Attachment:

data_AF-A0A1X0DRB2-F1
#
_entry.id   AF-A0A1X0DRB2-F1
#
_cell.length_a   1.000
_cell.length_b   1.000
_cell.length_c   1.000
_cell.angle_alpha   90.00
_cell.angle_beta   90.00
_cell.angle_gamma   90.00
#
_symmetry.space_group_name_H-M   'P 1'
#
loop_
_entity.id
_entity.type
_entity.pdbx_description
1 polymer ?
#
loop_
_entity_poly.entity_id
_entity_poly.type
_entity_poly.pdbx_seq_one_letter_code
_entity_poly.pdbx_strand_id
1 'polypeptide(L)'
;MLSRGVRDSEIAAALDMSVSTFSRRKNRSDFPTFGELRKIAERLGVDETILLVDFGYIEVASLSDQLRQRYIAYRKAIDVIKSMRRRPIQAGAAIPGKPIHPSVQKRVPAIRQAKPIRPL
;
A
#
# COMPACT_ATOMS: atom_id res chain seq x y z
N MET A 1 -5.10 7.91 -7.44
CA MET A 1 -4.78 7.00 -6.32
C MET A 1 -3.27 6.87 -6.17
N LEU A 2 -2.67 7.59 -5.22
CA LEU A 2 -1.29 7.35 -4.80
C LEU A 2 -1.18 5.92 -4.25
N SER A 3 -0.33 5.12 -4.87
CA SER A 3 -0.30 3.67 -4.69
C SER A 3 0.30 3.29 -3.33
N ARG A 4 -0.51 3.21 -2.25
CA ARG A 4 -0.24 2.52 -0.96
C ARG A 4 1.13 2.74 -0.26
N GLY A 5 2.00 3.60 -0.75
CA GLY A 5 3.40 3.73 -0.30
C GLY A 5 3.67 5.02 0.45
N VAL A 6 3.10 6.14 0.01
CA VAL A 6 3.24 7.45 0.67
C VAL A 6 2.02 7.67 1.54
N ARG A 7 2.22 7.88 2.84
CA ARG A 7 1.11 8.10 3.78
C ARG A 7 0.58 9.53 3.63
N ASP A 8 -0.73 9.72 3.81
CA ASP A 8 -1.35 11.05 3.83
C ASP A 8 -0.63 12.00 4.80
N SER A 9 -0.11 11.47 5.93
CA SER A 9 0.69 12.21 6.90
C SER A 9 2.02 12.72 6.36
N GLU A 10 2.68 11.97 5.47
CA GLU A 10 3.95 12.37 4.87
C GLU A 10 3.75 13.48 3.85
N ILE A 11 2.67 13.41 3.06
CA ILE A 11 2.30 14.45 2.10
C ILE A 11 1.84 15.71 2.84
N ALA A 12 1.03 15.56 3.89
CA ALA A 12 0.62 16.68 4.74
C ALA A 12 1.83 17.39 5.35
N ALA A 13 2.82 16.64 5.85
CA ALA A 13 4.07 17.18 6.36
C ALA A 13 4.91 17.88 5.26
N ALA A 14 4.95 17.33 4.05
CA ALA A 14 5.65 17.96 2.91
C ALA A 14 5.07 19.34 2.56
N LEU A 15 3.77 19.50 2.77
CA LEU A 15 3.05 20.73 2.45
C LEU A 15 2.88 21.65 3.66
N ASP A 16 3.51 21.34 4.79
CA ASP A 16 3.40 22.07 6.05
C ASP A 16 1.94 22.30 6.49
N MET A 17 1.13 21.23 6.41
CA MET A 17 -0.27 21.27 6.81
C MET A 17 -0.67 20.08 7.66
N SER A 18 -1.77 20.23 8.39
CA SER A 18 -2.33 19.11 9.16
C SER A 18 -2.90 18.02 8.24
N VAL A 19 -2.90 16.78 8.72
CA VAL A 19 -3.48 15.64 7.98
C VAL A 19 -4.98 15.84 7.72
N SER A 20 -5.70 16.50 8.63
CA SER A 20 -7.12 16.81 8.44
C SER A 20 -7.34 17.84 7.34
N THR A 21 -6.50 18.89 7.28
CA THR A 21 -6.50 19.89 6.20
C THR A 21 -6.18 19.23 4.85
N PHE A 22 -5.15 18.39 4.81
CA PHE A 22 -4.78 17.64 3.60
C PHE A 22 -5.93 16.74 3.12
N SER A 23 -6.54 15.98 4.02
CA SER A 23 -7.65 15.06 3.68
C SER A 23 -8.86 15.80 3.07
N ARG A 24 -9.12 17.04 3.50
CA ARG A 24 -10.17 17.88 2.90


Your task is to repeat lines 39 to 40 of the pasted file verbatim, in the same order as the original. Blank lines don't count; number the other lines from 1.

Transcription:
C SER A 3 0.30 3.29 -3.33
N ARG A 4 -0.51 3.21 -2.25